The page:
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Fakir says declined voter support will have positive results

Date Released: Fri, 23 May 2014 08:00 +0200

A RESPECTED South African political commentator has claimed that the drop in voter support for the ANC during the recent elections may precipitate more responsive government. Speaking to hundreds of students at the 12th annual Rhodes University Teach-In yesterday, Electoral Institute for South Africa (EISA) political parties and parliamentary manager Ebrahim Fakir said preelection evidence indicated the decline in support would likely prompt increased ANC attention to the responsiveness of government - particularly in areas where ANC voters live.

He said prior to elections, the ruling party reacted swiftly to demonstrations in Madibeng (Brits) - and several different provinces - by forcing senior elected officials to resign and placing the council under administration. "The speed of the response was highly unusual and suggested a new sensitivity to voter sentiment. This could have an important impact on the quality of government." He said while it was common to insist government provides inadequate service to citizens because it lacked technical capacity, evidence suggested the key problem was inadequate accountability.

"The National Treasury is often regarded as the most technically proficient government department: this is so because it is held accountable by the market if not by citizens. "It seems reasonable to assume that, if other departments face equally strong pressures to account, they would be equally competent. "If the ANC feels under pressure to retain citizen support, this is very likely to ensure more effective governance for the grassroots poor in particular." According to Fakir, more people than ever before in the "new" South Africa had either not registered to vote or simply did not turn up on polling day to make their mark. He said the recent elections experienced the lowest turn out of voters since the advent of democracy. Since 1999 there had been a steady decline in voter turnout from 83% to 73% this year.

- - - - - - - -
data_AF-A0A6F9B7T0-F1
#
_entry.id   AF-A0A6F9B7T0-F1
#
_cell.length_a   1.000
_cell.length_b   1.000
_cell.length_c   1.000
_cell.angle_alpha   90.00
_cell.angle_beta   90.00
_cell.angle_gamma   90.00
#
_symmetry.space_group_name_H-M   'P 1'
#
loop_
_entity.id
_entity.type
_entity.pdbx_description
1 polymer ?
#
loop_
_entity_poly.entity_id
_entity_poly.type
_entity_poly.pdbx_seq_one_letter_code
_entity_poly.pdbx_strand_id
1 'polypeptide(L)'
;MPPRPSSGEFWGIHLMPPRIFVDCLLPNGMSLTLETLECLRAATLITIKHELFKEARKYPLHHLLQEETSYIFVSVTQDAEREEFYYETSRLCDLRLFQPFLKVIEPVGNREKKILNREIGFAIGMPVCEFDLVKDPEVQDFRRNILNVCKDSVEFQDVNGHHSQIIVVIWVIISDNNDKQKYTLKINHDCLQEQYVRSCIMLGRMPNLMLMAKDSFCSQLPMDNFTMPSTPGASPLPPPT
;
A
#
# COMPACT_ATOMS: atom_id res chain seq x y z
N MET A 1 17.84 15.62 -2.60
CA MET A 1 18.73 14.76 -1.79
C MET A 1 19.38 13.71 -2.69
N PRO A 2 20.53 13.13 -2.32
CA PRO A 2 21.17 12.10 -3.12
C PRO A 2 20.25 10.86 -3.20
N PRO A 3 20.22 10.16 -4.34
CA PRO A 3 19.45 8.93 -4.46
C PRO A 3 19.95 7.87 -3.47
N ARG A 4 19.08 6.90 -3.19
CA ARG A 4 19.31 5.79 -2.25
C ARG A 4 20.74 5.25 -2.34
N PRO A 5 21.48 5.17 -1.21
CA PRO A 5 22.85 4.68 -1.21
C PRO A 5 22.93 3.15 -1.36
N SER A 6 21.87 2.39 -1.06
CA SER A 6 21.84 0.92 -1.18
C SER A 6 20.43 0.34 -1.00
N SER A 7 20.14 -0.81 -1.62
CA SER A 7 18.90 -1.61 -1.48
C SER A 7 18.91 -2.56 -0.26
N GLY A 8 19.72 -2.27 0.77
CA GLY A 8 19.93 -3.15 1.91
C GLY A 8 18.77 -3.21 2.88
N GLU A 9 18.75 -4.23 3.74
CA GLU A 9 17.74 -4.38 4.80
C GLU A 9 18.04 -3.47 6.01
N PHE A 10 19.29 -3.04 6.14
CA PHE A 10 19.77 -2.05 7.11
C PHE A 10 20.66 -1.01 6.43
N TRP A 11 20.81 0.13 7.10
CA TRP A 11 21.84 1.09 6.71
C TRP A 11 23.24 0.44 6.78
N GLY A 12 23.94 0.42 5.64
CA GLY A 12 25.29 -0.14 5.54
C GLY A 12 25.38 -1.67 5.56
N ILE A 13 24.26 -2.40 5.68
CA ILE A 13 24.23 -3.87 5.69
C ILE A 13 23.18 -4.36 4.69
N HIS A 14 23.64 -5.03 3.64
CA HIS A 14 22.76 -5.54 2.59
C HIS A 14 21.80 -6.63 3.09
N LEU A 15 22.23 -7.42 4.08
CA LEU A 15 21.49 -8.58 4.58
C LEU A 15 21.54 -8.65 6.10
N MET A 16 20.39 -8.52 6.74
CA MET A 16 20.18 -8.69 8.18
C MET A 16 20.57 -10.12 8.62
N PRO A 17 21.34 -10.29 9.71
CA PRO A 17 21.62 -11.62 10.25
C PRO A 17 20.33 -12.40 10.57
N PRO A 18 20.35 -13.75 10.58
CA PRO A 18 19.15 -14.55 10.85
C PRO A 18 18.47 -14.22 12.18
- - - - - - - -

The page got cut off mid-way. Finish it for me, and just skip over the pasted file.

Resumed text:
He said the more than nine million voters who did not make their mark was higher than the number of people who voted the ANC back into power. While support for the ANC had dwindled, support for the DA had increased. Fakir however pointed out there was greater fragmentation and fracturing among opposition parties. He said the two political parties that had emerged from a split and schism in the ANC - COPE and the Economic Freedom Fighters (EFF) - had not fared well. "COPE imploded and the EFF appears to be a little more than a rabble rousing band of miscreants."

He said both had performed below their expectations. Although the DA was the only party which had consistently grown over successive elections it had under performed on the basis of their own projections. He however said they faced internal challenges of party identity, fracture, and the perhaps temporary loss of their parliamentary leader. "As the best of an otherwise genuinely untested lot, the DA has its own serious shortcomings.

"Quite apart from its own policy flipflops on what ought to ordinarily be justifiable race-based black economic empowerment and affirmative action, it is faced with the serious dilemma of defining itself ideologically." He said the missing ingredient in the DA was a connection to the mass of voters and citizens. "This holds the DA back from what it could be. If the ANC alliance is ideologically diverse (and disparate), then the DA is de-ideologised."

By David Macgregor

Source: Daily Dispatch 

Photo: RESPECTED: Political commentator Ebrahim Fakir 

Source:Daily Dispatch